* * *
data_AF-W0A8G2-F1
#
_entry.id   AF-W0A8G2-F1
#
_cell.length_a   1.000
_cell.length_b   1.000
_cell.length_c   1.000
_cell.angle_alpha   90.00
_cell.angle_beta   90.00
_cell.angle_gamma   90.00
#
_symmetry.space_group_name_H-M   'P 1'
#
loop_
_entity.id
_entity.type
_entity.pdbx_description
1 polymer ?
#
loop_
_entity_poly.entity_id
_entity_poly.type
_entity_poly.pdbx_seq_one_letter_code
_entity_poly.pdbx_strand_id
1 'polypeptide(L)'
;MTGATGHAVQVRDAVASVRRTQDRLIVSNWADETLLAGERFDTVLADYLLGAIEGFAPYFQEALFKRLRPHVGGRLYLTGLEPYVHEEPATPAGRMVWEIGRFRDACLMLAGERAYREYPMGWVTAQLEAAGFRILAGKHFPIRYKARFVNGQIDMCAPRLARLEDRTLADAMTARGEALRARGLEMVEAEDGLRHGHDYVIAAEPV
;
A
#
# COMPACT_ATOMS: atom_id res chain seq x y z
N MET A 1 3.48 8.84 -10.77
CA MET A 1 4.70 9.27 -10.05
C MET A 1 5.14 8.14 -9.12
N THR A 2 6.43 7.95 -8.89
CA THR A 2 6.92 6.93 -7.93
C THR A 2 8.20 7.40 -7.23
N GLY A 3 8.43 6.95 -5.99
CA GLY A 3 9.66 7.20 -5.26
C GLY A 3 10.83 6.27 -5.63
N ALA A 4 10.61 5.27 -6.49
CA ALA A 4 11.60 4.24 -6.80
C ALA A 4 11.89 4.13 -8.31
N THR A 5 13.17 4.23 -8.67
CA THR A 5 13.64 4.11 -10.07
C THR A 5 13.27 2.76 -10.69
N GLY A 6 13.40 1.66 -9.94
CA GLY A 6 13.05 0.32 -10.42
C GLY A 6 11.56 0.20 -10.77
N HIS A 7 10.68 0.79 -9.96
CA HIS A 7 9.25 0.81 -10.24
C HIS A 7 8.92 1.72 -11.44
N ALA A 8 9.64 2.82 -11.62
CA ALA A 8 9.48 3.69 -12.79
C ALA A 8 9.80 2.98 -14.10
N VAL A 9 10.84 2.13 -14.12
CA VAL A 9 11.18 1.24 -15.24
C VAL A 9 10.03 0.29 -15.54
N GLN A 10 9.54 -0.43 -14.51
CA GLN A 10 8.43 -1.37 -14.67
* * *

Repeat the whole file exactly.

data_AF-W0A8G2-F1
#
_entry.id   AF-W0A8G2-F1
#
_cell.length_a   1.000
_cell.length_b   1.000
_cell.length_c   1.000
_cell.angle_alpha   90.00
_cell.angle_beta   90.00
_cell.angle_gamma   90.00
#
_symmetry.space_group_name_H-M   'P 1'
#
loop_
_entity.id
_entity.type
_entity.pdbx_description
1 polymer ?
#
loop_
_entity_poly.entity_id
_entity_poly.type
_entity_poly.pdbx_seq_one_letter_code
_entity_poly.pdbx_strand_id
1 'polypeptide(L)'
;MTGATGHAVQVRDAVASVRRTQDRLIVSNWADETLLAGERFDTVLADYLLGAIEGFAPYFQEALFKRLRPHVGGRLYLTGLEPYVHEEPATPAGRMVWEIGRFRDACLMLAGERAYREYPMGWVTAQLEAAGFRILAGKHFPIRYKARFVNGQIDMCAPRLARLEDRTLADAMTARGEALRARGLEMVEAEDGLRHGHDYVIAAEPV
;
A
#
# COMPACT_ATOMS: atom_id res chain seq x y z
N MET A 1 3.48 8.84 -10.77
CA MET A 1 4.70 9.27 -10.05
C MET A 1 5.14 8.14 -9.12
N THR A 2 6.43 7.95 -8.89
CA THR A 2 6.92 6.93 -7.93
C THR A 2 8.20 7.40 -7.23
N GLY A 3 8.43 6.95 -5.99
CA GLY A 3 9.66 7.20 -5.26
C GLY A 3 10.83 6.27 -5.63
N ALA A 4 10.61 5.27 -6.49
CA ALA A 4 11.60 4.24 -6.80
C ALA A 4 11.89 4.13 -8.31
N THR A 5 13.17 4.23 -8.67
CA THR A 5 13.64 4.11 -10.07
C THR A 5 13.27 2.76 -10.69
N GLY A 6 13.40 1.66 -9.94
CA GLY A 6 13.05 0.32 -10.42
C GLY A 6 11.56 0.20 -10.77
N HIS A 7 10.68 0.79 -9.96
CA HIS A 7 9.25 0.81 -10.24
C HIS A 7 8.92 1.72 -11.44
N ALA A 8 9.64 2.82 -11.62
CA ALA A 8 9.48 3.69 -12.79
C ALA A 8 9.80 2.98 -14.10
N VAL A 9 10.84 2.13 -14.12
CA VAL A 9 11.18 1.24 -15.24
C VAL A 9 10.03 0.29 -15.54
N GLN A 10 9.54 -0.43 -14.51
CA GLN A 10 8.43 -1.37 -14.67